You know about the your right to remain silent, right? Right now one judge is trying to define the line where that right no longer applies, which means the mind police might get some expanded powers in Britain.
Seeing how this is happening in Britain, I'm not surprised. The citizens of that country are willing to accept untold amounts of surveillance (in the form of cameras everywhere in major cities, and I do mean everywhere) and ad hoc checkpoints along the road sides.
Anyway here's the scoop: A law group reports that two men were charged with allegedly helping a guy move from one house to another. Normally that's no big deal - but in this case the man whom they helped move was under court order to not move without court permission due to some offense he committed. So the two helpers were charged for helping move the man.
Sometime after their arrest their computer was seized. The police discovered that at least some of the data on the computer was encrypted. So the two were told "that they cannot rely on their right to silence to refuse to give British police a computer password."
The matter centers around the PIN for encryption keys. Police want the key to decrypt the data. But according to the report, the owner says that "forcing them to hand over the key to encrypted data on their computers would be forcing them to incriminate themselves. Defendants have a right to silence and to refuse to divulge information which would act as evidence against them."
The report also states that "The authorities can demand disclosure of such keys because in the eyes of the law the information on the computers is already in the possession of the police. An order for password disclosure can be made, said Mr Justice Penry-Davey in the Court of Appeal, 'no alternative, reasonable method of gaining access to it or making it intelligible is available'."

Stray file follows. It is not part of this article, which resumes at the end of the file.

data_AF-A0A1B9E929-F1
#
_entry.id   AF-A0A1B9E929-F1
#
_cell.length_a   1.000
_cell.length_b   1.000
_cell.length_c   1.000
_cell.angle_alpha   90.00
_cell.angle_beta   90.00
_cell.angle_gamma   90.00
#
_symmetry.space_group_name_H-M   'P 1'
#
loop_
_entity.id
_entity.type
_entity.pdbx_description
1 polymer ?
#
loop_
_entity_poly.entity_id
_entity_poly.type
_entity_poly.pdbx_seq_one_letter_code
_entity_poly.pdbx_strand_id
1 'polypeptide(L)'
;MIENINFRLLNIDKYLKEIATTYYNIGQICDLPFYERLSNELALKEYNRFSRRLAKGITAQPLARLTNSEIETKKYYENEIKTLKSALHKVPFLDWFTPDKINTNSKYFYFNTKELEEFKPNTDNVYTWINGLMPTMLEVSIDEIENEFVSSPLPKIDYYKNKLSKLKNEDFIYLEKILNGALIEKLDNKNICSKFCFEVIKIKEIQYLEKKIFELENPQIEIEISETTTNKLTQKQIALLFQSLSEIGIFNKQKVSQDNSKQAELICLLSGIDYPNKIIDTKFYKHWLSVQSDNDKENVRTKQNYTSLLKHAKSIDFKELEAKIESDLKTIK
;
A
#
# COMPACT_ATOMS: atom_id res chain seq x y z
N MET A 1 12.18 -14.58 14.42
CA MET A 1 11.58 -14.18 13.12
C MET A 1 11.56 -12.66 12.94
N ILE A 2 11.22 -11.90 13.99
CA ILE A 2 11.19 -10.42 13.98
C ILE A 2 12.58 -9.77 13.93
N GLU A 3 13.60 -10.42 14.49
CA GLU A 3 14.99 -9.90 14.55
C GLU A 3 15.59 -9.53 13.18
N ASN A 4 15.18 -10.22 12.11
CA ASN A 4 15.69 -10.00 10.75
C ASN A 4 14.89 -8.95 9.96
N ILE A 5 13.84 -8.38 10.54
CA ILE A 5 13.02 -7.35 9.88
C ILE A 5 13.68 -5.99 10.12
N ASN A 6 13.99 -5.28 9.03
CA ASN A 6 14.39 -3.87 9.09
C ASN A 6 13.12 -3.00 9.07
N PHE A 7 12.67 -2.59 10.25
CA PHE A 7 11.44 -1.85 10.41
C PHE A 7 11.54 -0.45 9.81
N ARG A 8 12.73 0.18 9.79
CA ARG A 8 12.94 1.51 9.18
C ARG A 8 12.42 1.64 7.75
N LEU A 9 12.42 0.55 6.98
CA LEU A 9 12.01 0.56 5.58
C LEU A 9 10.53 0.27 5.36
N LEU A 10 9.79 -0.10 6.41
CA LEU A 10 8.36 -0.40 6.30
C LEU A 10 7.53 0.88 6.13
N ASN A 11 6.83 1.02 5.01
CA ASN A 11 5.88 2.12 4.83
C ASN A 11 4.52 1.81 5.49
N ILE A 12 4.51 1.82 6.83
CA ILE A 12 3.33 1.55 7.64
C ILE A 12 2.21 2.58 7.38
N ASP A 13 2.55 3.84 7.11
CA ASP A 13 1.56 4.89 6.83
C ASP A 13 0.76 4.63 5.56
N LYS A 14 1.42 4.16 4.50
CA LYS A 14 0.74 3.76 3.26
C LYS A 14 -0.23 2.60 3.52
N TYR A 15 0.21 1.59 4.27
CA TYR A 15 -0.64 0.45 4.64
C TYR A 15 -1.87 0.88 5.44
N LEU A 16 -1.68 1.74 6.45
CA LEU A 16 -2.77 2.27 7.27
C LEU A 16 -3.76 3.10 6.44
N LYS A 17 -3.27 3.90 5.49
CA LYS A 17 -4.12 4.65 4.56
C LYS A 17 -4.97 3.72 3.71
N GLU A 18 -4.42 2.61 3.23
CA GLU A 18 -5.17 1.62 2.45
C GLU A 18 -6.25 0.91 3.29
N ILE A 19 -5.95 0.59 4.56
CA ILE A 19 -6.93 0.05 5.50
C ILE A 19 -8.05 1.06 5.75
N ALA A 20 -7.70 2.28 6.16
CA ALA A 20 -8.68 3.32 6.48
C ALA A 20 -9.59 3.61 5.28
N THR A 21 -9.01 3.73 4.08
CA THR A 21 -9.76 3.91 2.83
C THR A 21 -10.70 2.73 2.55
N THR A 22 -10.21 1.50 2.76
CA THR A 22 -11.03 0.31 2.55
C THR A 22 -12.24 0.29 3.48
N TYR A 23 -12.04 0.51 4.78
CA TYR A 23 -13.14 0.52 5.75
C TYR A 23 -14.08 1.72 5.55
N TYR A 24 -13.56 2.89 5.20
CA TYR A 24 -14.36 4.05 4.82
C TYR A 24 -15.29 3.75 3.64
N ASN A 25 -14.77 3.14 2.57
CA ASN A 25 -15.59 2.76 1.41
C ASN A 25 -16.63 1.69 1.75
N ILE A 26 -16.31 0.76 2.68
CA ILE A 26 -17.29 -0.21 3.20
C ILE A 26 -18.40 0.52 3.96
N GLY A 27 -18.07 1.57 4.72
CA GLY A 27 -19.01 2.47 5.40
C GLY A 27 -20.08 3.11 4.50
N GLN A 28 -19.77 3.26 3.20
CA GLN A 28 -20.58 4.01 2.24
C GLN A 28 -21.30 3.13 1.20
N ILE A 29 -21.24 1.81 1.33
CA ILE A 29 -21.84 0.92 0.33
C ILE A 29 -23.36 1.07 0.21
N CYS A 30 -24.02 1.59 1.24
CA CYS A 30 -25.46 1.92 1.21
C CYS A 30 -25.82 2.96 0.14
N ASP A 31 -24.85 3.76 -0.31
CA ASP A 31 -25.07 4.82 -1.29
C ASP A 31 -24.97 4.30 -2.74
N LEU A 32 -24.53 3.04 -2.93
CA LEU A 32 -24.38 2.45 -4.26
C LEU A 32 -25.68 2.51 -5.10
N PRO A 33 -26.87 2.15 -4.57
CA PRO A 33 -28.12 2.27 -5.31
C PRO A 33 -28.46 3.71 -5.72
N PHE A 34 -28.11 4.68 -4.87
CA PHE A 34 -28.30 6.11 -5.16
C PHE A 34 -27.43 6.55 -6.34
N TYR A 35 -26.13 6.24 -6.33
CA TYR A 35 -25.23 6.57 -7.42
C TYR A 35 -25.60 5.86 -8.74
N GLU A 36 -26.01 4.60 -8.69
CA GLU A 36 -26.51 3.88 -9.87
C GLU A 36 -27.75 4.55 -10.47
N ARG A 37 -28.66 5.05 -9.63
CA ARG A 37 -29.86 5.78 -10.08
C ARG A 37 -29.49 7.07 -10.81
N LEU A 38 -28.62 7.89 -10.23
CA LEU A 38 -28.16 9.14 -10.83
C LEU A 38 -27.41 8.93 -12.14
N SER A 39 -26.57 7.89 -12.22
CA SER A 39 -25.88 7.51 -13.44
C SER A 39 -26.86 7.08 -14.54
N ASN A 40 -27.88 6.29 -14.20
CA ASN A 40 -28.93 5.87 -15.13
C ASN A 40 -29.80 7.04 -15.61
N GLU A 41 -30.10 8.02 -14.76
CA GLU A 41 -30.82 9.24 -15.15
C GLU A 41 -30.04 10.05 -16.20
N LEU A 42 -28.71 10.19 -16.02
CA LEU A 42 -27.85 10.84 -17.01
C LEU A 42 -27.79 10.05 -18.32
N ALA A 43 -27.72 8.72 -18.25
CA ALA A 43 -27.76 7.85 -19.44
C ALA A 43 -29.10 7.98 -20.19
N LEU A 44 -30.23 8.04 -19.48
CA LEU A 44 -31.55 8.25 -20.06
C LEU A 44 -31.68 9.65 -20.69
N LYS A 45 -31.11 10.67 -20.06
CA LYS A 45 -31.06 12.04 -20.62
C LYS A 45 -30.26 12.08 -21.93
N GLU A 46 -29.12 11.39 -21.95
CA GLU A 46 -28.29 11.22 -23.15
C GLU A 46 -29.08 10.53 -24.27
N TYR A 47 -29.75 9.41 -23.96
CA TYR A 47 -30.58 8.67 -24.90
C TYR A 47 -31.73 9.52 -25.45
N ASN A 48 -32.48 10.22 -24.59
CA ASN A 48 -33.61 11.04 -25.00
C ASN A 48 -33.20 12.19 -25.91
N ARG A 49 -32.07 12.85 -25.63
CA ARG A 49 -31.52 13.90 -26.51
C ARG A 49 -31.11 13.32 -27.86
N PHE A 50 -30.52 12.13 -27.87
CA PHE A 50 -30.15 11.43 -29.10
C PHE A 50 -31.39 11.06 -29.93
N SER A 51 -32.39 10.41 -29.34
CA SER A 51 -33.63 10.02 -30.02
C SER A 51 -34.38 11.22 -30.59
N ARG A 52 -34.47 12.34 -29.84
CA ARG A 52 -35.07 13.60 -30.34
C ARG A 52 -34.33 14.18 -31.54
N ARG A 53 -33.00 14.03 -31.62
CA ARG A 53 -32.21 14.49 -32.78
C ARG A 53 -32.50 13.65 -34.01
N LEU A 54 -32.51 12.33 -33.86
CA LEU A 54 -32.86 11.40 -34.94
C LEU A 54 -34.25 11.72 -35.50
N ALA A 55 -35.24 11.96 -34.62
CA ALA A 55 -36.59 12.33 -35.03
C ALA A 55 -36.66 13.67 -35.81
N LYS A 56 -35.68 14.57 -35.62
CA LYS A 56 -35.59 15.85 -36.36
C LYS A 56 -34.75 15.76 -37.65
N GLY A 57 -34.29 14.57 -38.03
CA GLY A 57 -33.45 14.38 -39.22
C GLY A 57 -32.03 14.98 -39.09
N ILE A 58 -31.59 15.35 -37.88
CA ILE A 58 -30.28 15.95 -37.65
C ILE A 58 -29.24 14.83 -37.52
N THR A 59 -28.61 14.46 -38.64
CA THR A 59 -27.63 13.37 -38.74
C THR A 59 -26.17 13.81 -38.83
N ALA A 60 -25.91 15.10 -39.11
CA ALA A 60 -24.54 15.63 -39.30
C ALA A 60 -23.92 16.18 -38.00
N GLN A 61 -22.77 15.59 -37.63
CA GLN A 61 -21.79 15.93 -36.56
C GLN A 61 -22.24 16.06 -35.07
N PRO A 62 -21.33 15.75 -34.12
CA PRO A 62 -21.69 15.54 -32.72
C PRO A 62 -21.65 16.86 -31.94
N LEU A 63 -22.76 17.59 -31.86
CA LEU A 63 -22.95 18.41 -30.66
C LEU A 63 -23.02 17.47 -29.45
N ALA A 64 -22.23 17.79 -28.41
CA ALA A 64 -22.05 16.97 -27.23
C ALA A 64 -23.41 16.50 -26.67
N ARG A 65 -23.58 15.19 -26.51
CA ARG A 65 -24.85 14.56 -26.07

Wait a second... ... isn't that about like the police grabbing your head and saying "your head is in our possession, now you must tell us everything you know!"
Anyway, in the good ole' UK anyone that doesn't fork over their password "could be jailed for up to two years or up to five years in cases involving national security."
The issue here is basically that what's in your head is your private info. But, if you let that info out (such as putting info into a computer file) then in eyes of the legal eagles (or vultures, depending on your perspective) suddenly you are no longer in possession of that info and thus it's fair game for anyone.
Personally, I think that encrypting data is tantamount to saying "this info is mine, I can't remember all this because as with most humans my memory is limited, so I'm going to create an extension of my memory using external means, and therefore I assert that the extension is in my possession because without my assistance you can access the data it contains."
Sometimes I think that I should have been an attorney...